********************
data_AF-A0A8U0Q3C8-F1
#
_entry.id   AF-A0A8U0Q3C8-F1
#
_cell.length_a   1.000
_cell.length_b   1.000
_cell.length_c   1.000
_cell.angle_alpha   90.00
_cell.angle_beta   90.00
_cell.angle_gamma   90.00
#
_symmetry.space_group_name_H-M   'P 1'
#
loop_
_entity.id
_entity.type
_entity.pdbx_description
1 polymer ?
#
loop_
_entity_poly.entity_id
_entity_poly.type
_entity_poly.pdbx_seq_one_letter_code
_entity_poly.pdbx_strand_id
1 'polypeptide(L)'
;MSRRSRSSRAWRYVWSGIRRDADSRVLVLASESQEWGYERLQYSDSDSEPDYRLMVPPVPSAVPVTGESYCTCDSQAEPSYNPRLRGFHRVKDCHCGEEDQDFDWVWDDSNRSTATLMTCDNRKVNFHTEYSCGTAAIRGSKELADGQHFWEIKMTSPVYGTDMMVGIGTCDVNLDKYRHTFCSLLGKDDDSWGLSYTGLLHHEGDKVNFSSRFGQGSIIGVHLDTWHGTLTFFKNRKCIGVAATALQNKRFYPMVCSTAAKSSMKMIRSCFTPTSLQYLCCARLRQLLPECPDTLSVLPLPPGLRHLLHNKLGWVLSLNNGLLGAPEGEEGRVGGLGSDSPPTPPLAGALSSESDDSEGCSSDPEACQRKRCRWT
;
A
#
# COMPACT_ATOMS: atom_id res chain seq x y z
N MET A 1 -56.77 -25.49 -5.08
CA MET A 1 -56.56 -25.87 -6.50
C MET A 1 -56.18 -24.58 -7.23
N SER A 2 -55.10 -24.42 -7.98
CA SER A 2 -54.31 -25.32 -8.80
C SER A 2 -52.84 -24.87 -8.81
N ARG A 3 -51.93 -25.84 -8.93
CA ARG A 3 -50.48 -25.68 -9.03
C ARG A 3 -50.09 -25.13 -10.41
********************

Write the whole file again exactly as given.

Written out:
data_AF-A0A8U0Q3C8-F1
#
_entry.id   AF-A0A8U0Q3C8-F1
#
_cell.length_a   1.000
_cell.length_b   1.000
_cell.length_c   1.000
_cell.angle_alpha   90.00
_cell.angle_beta   90.00
_cell.angle_gamma   90.00
#
_symmetry.space_group_name_H-M   'P 1'
#
loop_
_entity.id
_entity.type
_entity.pdbx_description
1 polymer ?
#
loop_
_entity_poly.entity_id
_entity_poly.type
_entity_poly.pdbx_seq_one_letter_code
_entity_poly.pdbx_strand_id
1 'polypeptide(L)'
;MSRRSRSSRAWRYVWSGIRRDADSRVLVLASESQEWGYERLQYSDSDSEPDYRLMVPPVPSAVPVTGESYCTCDSQAEPSYNPRLRGFHRVKDCHCGEEDQDFDWVWDDSNRSTATLMTCDNRKVNFHTEYSCGTAAIRGSKELADGQHFWEIKMTSPVYGTDMMVGIGTCDVNLDKYRHTFCSLLGKDDDSWGLSYTGLLHHEGDKVNFSSRFGQGSIIGVHLDTWHGTLTFFKNRKCIGVAATALQNKRFYPMVCSTAAKSSMKMIRSCFTPTSLQYLCCARLRQLLPECPDTLSVLPLPPGLRHLLHNKLGWVLSLNNGLLGAPEGEEGRVGGLGSDSPPTPPLAGALSSESDDSEGCSSDPEACQRKRCRWT
;
A
#
# COMPACT_ATOMS: atom_id res chain seq x y z
N MET A 1 -56.77 -25.49 -5.08
CA MET A 1 -56.56 -25.87 -6.50
C MET A 1 -56.18 -24.58 -7.23
N SER A 2 -55.10 -24.42 -7.98
CA SER A 2 -54.31 -25.32 -8.80
C SER A 2 -52.84 -24.87 -8.81
N ARG A 3 -51.93 -25.84 -8.93
CA ARG A 3 -50.48 -25.68 -9.03
C ARG A 3 -50.09 -25.13 -10.41